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Since it is an artist’s business to warm up the crowd, Muhtadi and his group of percussionists got the crowd on their feet – they made them jump, put their hands in the air and clap. Some of the Torontonians even joined in the singing of the song dedicated to Toronto (yes, Muhtadi truly knows how to win over an audience). By the time they were done, the audience was beaming with energy and thirsty for more music. His music is vibrant, up beat and truly something everyone would enjoy. If you want to hear him perform, do not worry, you can still catch one more show and that is tomorrow, June 3rd, on Queen’s Park from 12pm – 8pm. Make sure you check it out if you get a chance.
Please see the video above to get a sense of his music.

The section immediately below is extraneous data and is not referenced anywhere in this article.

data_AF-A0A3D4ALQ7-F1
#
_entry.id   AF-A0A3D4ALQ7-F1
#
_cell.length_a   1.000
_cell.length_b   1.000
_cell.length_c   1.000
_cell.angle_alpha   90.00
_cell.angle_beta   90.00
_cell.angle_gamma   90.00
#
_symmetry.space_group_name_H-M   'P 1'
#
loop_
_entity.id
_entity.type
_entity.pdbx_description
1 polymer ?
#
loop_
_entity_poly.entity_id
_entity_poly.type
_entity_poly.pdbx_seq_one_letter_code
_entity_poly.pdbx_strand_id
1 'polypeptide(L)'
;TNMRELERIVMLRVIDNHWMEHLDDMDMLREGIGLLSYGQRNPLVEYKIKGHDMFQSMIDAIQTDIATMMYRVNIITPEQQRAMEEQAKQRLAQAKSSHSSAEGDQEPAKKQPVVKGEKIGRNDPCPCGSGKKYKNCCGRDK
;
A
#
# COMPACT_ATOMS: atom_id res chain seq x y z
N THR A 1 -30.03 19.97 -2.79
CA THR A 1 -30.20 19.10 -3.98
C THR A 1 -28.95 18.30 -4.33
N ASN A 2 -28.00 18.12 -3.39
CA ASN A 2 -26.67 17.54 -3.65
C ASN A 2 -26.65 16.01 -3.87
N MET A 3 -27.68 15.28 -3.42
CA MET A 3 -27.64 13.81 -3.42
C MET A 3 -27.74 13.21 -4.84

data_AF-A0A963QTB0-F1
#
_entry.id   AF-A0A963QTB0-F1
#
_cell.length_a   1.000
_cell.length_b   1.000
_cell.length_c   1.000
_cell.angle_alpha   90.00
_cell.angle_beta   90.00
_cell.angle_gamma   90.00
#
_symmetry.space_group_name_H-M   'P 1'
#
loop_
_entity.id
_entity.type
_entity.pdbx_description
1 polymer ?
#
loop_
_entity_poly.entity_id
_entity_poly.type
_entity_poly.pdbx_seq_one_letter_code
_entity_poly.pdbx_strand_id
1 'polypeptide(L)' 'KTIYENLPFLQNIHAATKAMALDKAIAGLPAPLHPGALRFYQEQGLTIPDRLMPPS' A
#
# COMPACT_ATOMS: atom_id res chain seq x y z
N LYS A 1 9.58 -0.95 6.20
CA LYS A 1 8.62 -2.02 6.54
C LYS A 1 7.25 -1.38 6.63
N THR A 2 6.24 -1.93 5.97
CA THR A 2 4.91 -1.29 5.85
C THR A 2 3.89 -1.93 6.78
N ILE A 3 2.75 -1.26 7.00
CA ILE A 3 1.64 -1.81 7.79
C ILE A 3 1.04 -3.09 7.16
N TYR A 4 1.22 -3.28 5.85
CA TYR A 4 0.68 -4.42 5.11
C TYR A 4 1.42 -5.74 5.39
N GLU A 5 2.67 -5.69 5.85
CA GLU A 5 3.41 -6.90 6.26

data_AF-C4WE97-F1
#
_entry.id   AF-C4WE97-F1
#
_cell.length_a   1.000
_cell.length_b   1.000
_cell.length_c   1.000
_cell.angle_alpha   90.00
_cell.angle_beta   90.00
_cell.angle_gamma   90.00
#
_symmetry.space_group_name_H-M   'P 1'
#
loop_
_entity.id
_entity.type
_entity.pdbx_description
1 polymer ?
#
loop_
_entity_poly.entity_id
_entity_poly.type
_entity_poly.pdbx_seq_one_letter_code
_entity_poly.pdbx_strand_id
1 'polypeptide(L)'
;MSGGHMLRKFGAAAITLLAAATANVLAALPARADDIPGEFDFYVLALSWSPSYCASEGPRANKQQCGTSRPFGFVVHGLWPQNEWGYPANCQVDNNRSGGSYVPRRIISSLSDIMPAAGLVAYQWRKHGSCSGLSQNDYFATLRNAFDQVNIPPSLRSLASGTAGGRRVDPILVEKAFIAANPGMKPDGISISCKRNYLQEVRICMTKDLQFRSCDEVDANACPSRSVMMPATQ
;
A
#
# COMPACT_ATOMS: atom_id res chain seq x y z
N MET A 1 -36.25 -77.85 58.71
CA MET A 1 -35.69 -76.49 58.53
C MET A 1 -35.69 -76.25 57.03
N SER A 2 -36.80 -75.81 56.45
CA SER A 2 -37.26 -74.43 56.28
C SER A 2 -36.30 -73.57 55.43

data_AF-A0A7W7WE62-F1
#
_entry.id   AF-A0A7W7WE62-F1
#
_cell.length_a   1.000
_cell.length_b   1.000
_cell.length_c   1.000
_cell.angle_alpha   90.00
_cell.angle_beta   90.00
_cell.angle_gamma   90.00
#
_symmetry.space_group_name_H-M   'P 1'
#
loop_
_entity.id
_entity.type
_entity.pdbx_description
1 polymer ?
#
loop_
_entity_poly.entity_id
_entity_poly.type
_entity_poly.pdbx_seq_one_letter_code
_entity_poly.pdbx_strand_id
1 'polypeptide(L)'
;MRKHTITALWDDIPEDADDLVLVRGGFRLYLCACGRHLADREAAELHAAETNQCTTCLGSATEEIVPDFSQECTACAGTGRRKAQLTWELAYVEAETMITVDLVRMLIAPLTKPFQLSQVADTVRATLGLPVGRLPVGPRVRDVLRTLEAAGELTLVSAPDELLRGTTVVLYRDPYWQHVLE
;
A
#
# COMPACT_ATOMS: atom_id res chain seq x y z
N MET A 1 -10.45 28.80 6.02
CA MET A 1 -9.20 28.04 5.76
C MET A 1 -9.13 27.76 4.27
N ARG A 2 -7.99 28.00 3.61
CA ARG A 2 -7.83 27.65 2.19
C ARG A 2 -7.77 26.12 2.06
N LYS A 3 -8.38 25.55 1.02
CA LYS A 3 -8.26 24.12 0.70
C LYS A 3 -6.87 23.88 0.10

After Muhtadi and his percussionist group left us, Tanya Kim who was the host for the night introduced Gordie Sampson and his band. “He is hiding somewhere,” she exclaimed while pointing to the space where Gordie was supposed to stand.
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By now, the closed off part of Bay St. was fully packed. Gordie grabbed his guitar and started singing songs from his recently recorded album “Sunburn." He is a well known songwriter and producer - he wrote songs for artists such as Carrie Underwood (‘Jesus Take the Wheel’) or Faith Hill (‘Paris’) and produced Natalie McMaster’s ‘In My Hands.’ His album features 13 tracks including the hits “You (Or Someone Like You)” and “Your Place In This World” which he performed yesterday night. He also performed “Sunburn,” “Hangin’ By Wire” and a couple of other songs from his debut album. Gordie was also honoured by 2007 Grammy Award for writing Carrie Underwood’s song ‘Jesus Take the Wheel.’